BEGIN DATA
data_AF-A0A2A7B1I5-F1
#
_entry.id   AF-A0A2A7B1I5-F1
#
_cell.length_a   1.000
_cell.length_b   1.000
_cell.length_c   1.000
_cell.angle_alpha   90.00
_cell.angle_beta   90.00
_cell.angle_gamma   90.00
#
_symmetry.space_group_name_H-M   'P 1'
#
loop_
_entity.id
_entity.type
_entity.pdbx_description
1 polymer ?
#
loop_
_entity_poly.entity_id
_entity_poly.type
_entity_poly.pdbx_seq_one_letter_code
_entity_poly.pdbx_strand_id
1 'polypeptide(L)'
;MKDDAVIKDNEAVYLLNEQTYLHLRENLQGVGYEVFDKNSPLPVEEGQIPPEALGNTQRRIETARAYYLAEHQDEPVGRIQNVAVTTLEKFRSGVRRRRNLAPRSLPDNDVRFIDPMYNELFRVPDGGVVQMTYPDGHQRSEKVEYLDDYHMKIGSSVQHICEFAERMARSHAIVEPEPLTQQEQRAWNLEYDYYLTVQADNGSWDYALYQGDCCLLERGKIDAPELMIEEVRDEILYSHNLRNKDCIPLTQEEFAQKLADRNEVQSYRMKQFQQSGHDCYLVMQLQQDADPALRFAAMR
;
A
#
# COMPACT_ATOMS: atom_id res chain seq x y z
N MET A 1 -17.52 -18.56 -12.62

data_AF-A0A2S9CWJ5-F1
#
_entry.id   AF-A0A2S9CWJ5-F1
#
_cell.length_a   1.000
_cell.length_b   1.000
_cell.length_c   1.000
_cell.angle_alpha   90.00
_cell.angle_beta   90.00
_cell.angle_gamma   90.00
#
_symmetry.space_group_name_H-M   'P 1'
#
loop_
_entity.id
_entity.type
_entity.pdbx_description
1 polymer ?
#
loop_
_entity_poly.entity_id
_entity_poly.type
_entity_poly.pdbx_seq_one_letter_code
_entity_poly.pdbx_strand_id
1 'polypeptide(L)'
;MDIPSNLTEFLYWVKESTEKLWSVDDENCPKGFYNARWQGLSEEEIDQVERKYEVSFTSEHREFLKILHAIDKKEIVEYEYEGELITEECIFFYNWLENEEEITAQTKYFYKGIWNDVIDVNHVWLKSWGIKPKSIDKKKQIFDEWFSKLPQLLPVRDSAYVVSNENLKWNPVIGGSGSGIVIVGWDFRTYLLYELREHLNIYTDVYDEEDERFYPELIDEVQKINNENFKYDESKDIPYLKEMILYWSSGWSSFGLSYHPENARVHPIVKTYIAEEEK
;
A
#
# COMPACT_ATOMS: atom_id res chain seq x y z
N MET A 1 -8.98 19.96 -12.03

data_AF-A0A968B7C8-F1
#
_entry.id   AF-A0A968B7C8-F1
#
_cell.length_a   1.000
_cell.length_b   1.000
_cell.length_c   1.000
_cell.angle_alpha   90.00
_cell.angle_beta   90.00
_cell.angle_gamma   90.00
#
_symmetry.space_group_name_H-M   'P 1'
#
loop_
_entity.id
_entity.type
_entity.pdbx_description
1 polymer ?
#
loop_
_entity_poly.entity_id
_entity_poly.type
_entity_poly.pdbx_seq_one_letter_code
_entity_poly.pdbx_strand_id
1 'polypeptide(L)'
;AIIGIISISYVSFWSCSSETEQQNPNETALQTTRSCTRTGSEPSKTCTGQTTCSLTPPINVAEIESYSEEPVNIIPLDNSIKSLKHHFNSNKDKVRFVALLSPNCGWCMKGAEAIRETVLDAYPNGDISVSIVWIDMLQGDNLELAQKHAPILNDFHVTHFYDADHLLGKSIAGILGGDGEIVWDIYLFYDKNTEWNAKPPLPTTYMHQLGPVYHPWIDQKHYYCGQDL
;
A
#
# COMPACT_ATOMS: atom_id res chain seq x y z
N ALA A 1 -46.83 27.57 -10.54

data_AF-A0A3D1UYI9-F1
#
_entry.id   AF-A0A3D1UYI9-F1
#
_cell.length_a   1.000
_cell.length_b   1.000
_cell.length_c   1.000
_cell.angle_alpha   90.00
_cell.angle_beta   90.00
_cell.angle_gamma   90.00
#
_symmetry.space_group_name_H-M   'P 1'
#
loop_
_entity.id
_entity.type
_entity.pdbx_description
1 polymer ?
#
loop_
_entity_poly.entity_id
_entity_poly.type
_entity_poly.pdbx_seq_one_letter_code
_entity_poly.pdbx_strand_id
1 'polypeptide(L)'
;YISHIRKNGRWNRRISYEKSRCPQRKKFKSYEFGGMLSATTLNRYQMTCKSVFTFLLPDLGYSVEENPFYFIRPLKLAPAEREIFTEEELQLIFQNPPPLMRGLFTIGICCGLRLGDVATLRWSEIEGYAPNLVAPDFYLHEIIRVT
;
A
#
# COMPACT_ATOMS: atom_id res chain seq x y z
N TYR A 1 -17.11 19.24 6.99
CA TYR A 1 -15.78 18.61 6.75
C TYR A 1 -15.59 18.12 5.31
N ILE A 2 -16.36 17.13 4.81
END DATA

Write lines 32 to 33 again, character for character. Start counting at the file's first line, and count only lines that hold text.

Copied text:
data_AF-A0A2S9CWJ5-F1
#